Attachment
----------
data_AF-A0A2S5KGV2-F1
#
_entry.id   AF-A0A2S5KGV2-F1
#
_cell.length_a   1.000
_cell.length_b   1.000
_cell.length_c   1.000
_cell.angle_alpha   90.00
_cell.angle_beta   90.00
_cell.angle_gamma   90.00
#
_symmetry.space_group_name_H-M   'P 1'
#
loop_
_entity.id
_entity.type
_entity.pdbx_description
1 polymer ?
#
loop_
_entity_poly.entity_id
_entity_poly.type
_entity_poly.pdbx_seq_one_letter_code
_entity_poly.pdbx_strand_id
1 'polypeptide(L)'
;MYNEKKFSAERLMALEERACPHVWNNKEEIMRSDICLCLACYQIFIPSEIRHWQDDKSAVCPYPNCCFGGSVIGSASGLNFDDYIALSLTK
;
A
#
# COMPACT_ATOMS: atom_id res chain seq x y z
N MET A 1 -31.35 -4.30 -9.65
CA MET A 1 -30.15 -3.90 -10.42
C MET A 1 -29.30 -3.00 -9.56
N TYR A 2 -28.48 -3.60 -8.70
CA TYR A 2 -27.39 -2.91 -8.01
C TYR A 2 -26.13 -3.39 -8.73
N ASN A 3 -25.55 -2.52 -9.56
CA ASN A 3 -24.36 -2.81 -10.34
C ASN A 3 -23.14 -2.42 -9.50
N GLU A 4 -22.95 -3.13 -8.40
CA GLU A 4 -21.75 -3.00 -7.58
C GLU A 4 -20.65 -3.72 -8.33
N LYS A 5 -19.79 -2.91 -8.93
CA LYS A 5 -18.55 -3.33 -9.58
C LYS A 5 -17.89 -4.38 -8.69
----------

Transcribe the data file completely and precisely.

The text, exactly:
data_AF-A0A2S5KGV2-F1
#
_entry.id   AF-A0A2S5KGV2-F1
#
_cell.length_a   1.000
_cell.length_b   1.000
_cell.length_c   1.000
_cell.angle_alpha   90.00
_cell.angle_beta   90.00
_cell.angle_gamma   90.00
#
_symmetry.space_group_name_H-M   'P 1'
#
loop_
_entity.id
_entity.type
_entity.pdbx_description
1 polymer ?
#
loop_
_entity_poly.entity_id
_entity_poly.type
_entity_poly.pdbx_seq_one_letter_code
_entity_poly.pdbx_strand_id
1 'polypeptide(L)'
;MYNEKKFSAERLMALEERACPHVWNNKEEIMRSDICLCLACYQIFIPSEIRHWQDDKSAVCPYPNCCFGGSVIGSASGLNFDDYIALSLTK
;
A
#
# COMPACT_ATOMS: atom_id res chain seq x y z
N MET A 1 -31.35 -4.30 -9.65
CA MET A 1 -30.15 -3.90 -10.42
C MET A 1 -29.30 -3.00 -9.56
N TYR A 2 -28.48 -3.60 -8.70
CA TYR A 2 -27.39 -2.91 -8.01
C TYR A 2 -26.13 -3.39 -8.73
N ASN A 3 -25.55 -2.52 -9.56
CA ASN A 3 -24.36 -2.81 -10.34
C ASN A 3 -23.14 -2.42 -9.50
N GLU A 4 -22.95 -3.13 -8.40
CA GLU A 4 -21.75 -3.00 -7.58
C GLU A 4 -20.65 -3.72 -8.33
N LYS A 5 -19.79 -2.91 -8.93
CA LYS A 5 -18.55 -3.33 -9.58
C LYS A 5 -17.89 -4.38 -8.69